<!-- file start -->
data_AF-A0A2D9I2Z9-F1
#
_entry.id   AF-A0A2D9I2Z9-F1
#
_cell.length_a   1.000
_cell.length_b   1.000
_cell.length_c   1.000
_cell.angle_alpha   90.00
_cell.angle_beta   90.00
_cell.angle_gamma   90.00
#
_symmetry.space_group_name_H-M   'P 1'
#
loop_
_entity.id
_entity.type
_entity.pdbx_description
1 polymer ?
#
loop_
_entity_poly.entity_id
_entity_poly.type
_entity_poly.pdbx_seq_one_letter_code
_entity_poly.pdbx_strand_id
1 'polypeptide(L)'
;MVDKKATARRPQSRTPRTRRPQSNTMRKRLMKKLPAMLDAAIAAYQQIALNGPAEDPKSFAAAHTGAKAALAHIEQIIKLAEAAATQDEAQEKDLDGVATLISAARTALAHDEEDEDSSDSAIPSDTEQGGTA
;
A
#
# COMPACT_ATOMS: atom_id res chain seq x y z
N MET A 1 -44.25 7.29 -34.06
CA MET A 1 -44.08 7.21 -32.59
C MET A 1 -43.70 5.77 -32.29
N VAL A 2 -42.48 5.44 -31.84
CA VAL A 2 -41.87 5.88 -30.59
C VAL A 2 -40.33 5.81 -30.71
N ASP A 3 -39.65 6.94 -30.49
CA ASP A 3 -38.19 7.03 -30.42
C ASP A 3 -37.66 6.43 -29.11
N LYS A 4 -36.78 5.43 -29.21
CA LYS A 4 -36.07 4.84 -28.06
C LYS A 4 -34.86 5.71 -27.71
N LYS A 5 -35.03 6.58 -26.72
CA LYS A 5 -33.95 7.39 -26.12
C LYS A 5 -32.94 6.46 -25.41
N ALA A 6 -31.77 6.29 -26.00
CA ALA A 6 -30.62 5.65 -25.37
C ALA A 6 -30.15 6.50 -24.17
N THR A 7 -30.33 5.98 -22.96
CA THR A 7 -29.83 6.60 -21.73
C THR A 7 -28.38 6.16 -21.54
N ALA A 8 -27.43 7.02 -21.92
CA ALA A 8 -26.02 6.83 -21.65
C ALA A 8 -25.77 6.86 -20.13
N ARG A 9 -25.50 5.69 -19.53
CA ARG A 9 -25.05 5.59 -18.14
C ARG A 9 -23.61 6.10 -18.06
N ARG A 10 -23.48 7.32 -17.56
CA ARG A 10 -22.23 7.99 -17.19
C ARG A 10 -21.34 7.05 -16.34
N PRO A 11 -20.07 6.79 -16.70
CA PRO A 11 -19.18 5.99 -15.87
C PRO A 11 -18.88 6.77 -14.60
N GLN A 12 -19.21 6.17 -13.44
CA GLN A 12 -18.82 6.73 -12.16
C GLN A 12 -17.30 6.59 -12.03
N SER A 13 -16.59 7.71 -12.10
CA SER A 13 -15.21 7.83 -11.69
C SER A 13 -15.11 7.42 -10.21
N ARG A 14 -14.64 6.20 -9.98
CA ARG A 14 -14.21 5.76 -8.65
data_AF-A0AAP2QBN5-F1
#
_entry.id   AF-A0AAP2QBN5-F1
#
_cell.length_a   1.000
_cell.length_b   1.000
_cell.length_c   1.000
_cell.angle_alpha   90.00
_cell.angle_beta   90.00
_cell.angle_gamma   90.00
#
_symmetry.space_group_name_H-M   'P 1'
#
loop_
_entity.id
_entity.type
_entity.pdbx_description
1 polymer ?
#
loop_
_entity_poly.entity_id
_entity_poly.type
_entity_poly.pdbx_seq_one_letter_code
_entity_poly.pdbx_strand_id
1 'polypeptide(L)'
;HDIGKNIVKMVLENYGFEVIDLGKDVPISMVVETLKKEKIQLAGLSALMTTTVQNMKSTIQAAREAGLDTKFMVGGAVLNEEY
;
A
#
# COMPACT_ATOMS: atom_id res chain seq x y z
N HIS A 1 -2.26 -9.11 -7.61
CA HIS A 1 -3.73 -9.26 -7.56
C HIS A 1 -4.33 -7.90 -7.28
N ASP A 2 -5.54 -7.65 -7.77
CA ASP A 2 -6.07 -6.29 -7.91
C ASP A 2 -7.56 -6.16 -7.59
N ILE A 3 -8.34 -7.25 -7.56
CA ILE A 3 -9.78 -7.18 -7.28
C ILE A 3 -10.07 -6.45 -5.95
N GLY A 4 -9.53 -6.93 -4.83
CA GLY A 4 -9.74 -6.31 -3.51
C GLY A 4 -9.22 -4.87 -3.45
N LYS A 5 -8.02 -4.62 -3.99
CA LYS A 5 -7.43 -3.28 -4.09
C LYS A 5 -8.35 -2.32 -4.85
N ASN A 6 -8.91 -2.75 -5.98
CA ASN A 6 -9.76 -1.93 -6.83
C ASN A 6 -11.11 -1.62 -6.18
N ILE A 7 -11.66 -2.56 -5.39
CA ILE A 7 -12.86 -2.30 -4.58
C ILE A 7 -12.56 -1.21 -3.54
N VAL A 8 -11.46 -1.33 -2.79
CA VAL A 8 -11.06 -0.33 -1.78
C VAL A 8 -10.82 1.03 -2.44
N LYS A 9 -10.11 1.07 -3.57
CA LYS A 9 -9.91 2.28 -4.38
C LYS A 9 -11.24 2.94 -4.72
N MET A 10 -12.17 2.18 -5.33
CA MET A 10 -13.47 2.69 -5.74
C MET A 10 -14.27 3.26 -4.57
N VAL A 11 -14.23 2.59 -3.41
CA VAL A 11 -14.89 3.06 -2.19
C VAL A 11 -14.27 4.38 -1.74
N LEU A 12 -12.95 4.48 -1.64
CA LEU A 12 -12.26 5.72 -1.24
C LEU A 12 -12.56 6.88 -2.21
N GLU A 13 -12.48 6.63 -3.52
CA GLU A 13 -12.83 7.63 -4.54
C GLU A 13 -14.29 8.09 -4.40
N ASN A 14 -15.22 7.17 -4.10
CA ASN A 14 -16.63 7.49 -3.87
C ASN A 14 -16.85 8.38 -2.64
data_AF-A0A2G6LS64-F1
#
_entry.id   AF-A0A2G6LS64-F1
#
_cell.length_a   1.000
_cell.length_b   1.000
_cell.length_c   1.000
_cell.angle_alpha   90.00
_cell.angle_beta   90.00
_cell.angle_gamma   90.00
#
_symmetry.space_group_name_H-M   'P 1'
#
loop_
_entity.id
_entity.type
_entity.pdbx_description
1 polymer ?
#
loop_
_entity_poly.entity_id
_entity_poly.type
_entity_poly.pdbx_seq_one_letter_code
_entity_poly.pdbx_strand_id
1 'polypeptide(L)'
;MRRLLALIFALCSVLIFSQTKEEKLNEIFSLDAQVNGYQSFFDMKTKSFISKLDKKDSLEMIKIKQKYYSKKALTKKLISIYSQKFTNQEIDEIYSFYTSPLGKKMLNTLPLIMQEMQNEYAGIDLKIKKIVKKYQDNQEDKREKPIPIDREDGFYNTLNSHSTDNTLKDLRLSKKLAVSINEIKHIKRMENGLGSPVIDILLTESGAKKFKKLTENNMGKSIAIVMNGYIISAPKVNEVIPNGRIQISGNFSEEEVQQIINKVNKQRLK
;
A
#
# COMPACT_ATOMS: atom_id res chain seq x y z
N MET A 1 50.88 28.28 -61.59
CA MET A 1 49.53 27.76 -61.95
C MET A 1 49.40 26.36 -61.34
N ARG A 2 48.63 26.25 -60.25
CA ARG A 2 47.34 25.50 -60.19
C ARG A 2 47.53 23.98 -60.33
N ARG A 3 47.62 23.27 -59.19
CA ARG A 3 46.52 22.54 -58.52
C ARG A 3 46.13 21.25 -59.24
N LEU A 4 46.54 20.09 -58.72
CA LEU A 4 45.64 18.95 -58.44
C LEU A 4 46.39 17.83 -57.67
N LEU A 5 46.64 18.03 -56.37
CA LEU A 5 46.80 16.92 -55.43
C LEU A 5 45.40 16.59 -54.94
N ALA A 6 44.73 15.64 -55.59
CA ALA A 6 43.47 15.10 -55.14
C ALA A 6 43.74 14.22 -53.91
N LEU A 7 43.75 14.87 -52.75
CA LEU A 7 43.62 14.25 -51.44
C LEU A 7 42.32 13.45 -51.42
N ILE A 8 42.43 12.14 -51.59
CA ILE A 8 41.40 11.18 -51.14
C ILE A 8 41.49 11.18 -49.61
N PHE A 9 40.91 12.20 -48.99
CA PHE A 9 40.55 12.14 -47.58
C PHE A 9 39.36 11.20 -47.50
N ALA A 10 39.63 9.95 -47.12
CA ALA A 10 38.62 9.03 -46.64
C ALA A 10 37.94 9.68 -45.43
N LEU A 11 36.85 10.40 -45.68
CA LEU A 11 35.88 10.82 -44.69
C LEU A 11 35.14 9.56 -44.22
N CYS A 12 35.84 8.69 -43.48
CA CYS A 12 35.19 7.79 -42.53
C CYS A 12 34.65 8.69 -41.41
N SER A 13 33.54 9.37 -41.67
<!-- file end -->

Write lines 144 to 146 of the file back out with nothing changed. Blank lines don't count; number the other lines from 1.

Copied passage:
data_AF-A0A2G6LS64-F1
#
_entry.id   AF-A0A2G6LS64-F1